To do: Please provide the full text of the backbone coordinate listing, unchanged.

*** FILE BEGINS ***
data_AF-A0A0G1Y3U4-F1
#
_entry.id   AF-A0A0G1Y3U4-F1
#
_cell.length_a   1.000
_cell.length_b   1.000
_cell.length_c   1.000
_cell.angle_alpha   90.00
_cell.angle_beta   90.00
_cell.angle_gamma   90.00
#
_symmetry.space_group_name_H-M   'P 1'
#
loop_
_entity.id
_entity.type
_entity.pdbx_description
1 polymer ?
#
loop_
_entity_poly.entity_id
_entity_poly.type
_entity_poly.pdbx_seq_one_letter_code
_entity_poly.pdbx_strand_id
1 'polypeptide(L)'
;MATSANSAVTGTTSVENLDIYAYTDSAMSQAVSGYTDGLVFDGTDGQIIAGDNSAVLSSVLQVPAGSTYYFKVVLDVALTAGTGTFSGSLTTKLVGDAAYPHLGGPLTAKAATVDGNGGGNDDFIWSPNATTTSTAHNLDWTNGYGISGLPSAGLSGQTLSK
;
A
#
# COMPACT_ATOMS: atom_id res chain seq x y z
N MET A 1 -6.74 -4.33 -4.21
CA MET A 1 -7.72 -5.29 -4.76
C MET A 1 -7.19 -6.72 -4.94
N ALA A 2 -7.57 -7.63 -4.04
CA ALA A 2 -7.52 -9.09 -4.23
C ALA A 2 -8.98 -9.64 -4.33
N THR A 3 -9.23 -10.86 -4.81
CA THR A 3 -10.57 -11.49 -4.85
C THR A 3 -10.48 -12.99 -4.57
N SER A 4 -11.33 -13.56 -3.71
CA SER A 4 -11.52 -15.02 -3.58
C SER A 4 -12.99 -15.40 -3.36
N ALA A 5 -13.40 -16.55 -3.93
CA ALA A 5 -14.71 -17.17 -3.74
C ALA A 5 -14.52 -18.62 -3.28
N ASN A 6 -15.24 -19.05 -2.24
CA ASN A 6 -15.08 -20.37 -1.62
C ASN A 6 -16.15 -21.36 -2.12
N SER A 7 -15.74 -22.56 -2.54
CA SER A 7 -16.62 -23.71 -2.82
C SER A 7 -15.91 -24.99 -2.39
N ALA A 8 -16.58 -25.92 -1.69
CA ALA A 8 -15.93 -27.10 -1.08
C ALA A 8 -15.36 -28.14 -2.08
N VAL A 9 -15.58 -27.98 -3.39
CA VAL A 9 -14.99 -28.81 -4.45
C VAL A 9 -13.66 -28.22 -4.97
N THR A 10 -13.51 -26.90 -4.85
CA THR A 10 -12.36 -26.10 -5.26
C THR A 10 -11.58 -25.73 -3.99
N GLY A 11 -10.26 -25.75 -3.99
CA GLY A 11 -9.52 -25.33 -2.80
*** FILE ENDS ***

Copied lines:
data_AF-A0A0G1Y3U4-F1
#
_entry.id   AF-A0A0G1Y3U4-F1
#
_cell.length_a   1.000
_cell.length_b   1.000
_cell.length_c   1.000
_cell.angle_alpha   90.00
_cell.angle_beta   90.00
_cell.angle_gamma   90.00
#
_symmetry.space_group_name_H-M   'P 1'
#
loop_
_entity.id
_entity.type
_entity.pdbx_description
1 polymer ?
#
loop_
_entity_poly.entity_id
_entity_poly.type
_entity_poly.pdbx_seq_one_letter_code
_entity_poly.pdbx_strand_id
1 'polypeptide(L)'
;MATSANSAVTGTTSVENLDIYAYTDSAMSQAVSGYTDGLVFDGTDGQIIAGDNSAVLSSVLQVPAGSTYYFKVVLDVALTAGTGTFSGSLTTKLVGDAAYPHLGGPLTAKAATVDGNGGGNDDFIWSPNATTTSTAHNLDWTNGYGISGLPSAGLSGQTLSK
;
A
#
# COMPACT_ATOMS: atom_id res chain seq x y z
N MET A 1 -6.74 -4.33 -4.21
CA MET A 1 -7.72 -5.29 -4.76
C MET A 1 -7.19 -6.72 -4.94
N ALA A 2 -7.57 -7.63 -4.04
CA ALA A 2 -7.52 -9.09 -4.23
C ALA A 2 -8.98 -9.64 -4.33
N THR A 3 -9.23 -10.86 -4.81
CA THR A 3 -10.57 -11.49 -4.85
C THR A 3 -10.48 -12.99 -4.57
N SER A 4 -11.33 -13.56 -3.71
CA SER A 4 -11.52 -15.02 -3.58
C SER A 4 -12.99 -15.40 -3.36
N ALA A 5 -13.40 -16.55 -3.93
CA ALA A 5 -14.71 -17.17 -3.74
C ALA A 5 -14.52 -18.62 -3.28
N ASN A 6 -15.24 -19.05 -2.24
CA ASN A 6 -15.08 -20.37 -1.62
C ASN A 6 -16.15 -21.36 -2.12
N SER A 7 -15.74 -22.56 -2.54
CA SER A 7 -16.62 -23.71 -2.82
C SER A 7 -15.91 -24.99 -2.39
N ALA A 8 -16.58 -25.92 -1.69
CA ALA A 8 -15.93 -27.10 -1.08
C ALA A 8 -15.36 -28.14 -2.08
N VAL A 9 -15.58 -27.98 -3.39
CA VAL A 9 -14.99 -28.81 -4.45
C VAL A 9 -13.66 -28.22 -4.97
N THR A 10 -13.51 -26.90 -4.85
CA THR A 10 -12.36 -26.10 -5.26
C THR A 10 -11.58 -25.73 -3.99
N GLY A 11 -10.26 -25.75 -3.99
CA GLY A 11 -9.52 -25.33 -2.80